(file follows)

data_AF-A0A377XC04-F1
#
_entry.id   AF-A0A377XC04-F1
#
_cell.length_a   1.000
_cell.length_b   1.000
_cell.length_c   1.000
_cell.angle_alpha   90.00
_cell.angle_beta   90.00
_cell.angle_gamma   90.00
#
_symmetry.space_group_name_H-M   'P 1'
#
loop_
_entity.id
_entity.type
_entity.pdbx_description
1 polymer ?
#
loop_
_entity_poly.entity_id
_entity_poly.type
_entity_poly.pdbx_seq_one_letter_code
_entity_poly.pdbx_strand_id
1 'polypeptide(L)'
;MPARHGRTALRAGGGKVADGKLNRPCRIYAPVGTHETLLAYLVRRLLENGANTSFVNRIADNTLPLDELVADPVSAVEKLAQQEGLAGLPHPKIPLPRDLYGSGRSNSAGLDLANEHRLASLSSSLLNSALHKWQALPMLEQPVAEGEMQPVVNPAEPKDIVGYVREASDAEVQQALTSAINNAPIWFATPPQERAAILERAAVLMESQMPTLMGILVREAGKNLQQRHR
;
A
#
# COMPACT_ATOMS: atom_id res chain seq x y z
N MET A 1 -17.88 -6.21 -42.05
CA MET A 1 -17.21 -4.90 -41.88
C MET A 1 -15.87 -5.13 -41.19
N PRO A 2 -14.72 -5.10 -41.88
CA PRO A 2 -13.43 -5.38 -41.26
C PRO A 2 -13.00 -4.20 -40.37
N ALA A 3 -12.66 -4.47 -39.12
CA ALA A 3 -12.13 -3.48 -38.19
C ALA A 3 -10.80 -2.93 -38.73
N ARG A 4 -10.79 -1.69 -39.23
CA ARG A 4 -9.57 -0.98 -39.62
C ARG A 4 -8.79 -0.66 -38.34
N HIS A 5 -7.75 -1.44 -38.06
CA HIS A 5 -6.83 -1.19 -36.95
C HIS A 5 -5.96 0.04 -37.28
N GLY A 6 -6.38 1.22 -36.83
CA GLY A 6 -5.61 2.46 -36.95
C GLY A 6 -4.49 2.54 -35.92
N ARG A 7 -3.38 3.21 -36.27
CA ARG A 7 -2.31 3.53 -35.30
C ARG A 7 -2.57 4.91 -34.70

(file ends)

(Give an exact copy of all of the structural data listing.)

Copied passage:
data_AF-A0A377XC04-F1
#
_entry.id   AF-A0A377XC04-F1
#
_cell.length_a   1.000
_cell.length_b   1.000
_cell.length_c   1.000
_cell.angle_alpha   90.00
_cell.angle_beta   90.00
_cell.angle_gamma   90.00
#
_symmetry.space_group_name_H-M   'P 1'
#
loop_
_entity.id
_entity.type
_entity.pdbx_description
1 polymer ?
#
loop_
_entity_poly.entity_id
_entity_poly.type
_entity_poly.pdbx_seq_one_letter_code
_entity_poly.pdbx_strand_id
1 'polypeptide(L)'
;MPARHGRTALRAGGGKVADGKLNRPCRIYAPVGTHETLLAYLVRRLLENGANTSFVNRIADNTLPLDELVADPVSAVEKLAQQEGLAGLPHPKIPLPRDLYGSGRSNSAGLDLANEHRLASLSSSLLNSALHKWQALPMLEQPVAEGEMQPVVNPAEPKDIVGYVREASDAEVQQALTSAINNAPIWFATPPQERAAILERAAVLMESQMPTLMGILVREAGKNLQQRHR
;
A
#
# COMPACT_ATOMS: atom_id res chain seq x y z
N MET A 1 -17.88 -6.21 -42.05
CA MET A 1 -17.21 -4.90 -41.88
C MET A 1 -15.87 -5.13 -41.19
N PRO A 2 -14.72 -5.10 -41.88
CA PRO A 2 -13.43 -5.38 -41.26
C PRO A 2 -13.00 -4.20 -40.37
N ALA A 3 -12.66 -4.47 -39.12
CA ALA A 3 -12.13 -3.48 -38.19
C ALA A 3 -10.80 -2.93 -38.73
N ARG A 4 -10.79 -1.69 -39.23
CA ARG A 4 -9.57 -0.98 -39.62
C ARG A 4 -8.79 -0.66 -38.34
N HIS A 5 -7.75 -1.44 -38.06
CA HIS A 5 -6.83 -1.19 -36.95
C HIS A 5 -5.96 0.04 -37.28
N GLY A 6 -6.38 1.22 -36.83
CA GLY A 6 -5.61 2.46 -36.95
C GLY A 6 -4.49 2.54 -35.92
N ARG A 7 -3.38 3.21 -36.27
CA ARG A 7 -2.31 3.53 -35.30
C ARG A 7 -2.57 4.91 -34.70